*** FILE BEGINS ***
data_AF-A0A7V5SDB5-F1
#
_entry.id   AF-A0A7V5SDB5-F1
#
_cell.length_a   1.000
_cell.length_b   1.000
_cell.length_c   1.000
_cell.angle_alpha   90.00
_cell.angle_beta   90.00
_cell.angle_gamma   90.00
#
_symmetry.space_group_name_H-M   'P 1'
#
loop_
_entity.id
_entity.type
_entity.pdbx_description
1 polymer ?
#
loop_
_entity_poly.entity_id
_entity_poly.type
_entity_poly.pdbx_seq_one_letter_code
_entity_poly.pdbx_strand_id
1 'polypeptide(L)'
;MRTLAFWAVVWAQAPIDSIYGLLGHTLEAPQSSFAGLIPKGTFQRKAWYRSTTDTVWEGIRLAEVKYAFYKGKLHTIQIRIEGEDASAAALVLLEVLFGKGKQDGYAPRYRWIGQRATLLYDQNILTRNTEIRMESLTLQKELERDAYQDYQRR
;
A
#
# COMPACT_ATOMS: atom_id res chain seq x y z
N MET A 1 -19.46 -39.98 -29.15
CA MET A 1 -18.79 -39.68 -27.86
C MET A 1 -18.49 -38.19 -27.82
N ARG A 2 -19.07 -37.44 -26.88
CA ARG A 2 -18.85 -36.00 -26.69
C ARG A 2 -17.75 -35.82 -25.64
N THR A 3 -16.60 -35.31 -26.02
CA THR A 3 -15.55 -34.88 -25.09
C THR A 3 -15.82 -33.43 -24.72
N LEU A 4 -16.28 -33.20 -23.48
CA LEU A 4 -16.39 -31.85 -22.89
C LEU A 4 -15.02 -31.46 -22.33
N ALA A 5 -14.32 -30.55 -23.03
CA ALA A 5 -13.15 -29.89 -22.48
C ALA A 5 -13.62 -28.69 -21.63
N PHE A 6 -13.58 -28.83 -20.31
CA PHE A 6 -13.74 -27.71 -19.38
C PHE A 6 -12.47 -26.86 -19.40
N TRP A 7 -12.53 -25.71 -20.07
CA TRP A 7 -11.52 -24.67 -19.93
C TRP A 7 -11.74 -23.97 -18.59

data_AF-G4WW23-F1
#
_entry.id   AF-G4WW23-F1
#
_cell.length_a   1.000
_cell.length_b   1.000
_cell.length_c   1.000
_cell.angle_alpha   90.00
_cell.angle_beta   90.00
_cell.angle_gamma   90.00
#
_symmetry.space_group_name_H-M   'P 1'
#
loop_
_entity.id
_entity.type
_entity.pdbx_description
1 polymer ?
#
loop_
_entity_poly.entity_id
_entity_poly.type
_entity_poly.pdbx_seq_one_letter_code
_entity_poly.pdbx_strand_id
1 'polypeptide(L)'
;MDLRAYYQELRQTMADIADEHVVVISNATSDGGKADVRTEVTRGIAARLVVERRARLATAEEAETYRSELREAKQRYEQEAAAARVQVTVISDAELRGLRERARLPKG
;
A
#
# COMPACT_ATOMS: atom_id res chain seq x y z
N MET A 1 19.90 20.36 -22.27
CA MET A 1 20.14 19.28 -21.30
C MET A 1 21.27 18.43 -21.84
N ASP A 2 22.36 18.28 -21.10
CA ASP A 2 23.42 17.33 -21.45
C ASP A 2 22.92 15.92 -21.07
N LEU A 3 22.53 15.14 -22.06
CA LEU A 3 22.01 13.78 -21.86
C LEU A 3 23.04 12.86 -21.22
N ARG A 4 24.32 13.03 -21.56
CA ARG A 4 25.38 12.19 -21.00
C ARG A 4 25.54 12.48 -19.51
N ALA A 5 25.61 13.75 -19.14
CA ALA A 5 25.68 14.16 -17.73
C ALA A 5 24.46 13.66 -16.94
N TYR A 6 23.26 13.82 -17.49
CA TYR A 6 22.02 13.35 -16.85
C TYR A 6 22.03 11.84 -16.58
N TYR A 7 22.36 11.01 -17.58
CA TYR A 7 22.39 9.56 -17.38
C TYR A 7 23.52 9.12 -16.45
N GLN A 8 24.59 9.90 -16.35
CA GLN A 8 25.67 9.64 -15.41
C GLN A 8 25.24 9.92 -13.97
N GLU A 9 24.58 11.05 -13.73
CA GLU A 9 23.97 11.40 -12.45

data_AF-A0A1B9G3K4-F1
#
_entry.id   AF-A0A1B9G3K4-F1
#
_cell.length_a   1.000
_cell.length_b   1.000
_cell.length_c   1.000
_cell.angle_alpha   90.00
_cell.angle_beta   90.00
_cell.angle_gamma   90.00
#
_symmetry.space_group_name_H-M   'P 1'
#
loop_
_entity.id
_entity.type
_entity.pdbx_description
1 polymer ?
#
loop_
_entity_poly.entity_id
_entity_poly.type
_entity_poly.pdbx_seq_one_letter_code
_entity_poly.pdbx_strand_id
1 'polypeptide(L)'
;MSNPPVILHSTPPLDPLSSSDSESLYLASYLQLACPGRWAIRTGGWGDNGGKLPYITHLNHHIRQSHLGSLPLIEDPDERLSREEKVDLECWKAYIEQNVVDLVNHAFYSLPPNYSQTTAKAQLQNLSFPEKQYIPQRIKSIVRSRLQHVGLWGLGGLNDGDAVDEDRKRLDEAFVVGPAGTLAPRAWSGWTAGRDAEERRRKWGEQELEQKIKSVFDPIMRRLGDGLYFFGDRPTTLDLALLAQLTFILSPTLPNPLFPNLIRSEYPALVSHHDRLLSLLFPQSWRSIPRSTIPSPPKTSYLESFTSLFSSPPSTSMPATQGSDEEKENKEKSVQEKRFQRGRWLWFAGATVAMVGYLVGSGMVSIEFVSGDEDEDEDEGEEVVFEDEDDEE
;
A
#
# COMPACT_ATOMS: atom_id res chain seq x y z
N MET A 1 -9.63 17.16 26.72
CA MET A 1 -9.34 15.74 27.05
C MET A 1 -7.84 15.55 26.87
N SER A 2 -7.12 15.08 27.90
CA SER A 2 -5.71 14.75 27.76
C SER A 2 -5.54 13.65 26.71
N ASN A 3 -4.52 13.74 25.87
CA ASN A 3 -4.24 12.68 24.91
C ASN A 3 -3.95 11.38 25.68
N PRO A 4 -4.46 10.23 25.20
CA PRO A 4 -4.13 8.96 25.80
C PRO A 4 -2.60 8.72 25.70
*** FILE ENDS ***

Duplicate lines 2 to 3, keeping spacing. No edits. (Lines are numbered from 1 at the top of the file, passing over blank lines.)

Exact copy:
#
_entry.id   AF-A0A7V5SDB5-F1